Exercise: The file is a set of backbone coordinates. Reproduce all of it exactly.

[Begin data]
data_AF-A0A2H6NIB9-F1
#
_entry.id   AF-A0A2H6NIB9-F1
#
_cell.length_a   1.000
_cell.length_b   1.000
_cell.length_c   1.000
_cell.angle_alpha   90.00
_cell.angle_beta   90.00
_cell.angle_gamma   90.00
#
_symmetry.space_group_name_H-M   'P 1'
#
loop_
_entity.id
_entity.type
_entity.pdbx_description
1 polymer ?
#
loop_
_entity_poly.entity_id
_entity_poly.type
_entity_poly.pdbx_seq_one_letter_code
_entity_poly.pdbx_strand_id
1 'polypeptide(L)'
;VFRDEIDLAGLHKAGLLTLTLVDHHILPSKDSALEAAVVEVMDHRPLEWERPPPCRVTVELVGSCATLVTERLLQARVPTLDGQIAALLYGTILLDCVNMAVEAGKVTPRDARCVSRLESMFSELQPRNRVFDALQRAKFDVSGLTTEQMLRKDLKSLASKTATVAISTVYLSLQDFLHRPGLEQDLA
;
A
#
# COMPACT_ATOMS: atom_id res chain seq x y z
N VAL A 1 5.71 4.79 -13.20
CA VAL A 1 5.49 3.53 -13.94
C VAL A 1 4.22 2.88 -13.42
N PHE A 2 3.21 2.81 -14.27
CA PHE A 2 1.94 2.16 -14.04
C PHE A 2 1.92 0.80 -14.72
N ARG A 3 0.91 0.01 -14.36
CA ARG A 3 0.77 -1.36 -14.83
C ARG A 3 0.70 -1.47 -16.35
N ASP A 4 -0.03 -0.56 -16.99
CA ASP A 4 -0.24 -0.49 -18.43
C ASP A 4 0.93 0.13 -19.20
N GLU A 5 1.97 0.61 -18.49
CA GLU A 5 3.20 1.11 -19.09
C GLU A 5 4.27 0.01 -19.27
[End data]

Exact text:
data_AF-A0A2H6NIB9-F1
#
_entry.id   AF-A0A2H6NIB9-F1
#
_cell.length_a   1.000
_cell.length_b   1.000
_cell.length_c   1.000
_cell.angle_alpha   90.00
_cell.angle_beta   90.00
_cell.angle_gamma   90.00
#
_symmetry.space_group_name_H-M   'P 1'
#
loop_
_entity.id
_entity.type
_entity.pdbx_description
1 polymer ?
#
loop_
_entity_poly.entity_id
_entity_poly.type
_entity_poly.pdbx_seq_one_letter_code
_entity_poly.pdbx_strand_id
1 'polypeptide(L)'
;VFRDEIDLAGLHKAGLLTLTLVDHHILPSKDSALEAAVVEVMDHRPLEWERPPPCRVTVELVGSCATLVTERLLQARVPTLDGQIAALLYGTILLDCVNMAVEAGKVTPRDARCVSRLESMFSELQPRNRVFDALQRAKFDVSGLTTEQMLRKDLKSLASKTATVAISTVYLSLQDFLHRPGLEQDLA
;
A
#
# COMPACT_ATOMS: atom_id res chain seq x y z
N VAL A 1 5.71 4.79 -13.20
CA VAL A 1 5.49 3.53 -13.94
C VAL A 1 4.22 2.88 -13.42
N PHE A 2 3.21 2.81 -14.27
CA PHE A 2 1.94 2.16 -14.04
C PHE A 2 1.92 0.80 -14.72
N ARG A 3 0.91 0.01 -14.36
CA ARG A 3 0.77 -1.36 -14.83
C ARG A 3 0.70 -1.47 -16.35
N ASP A 4 -0.03 -0.56 -16.99
CA ASP A 4 -0.24 -0.49 -18.43
C ASP A 4 0.93 0.13 -19.20
N GLU A 5 1.97 0.61 -18.49
CA GLU A 5 3.20 1.11 -19.09
C GLU A 5 4.27 0.01 -19.27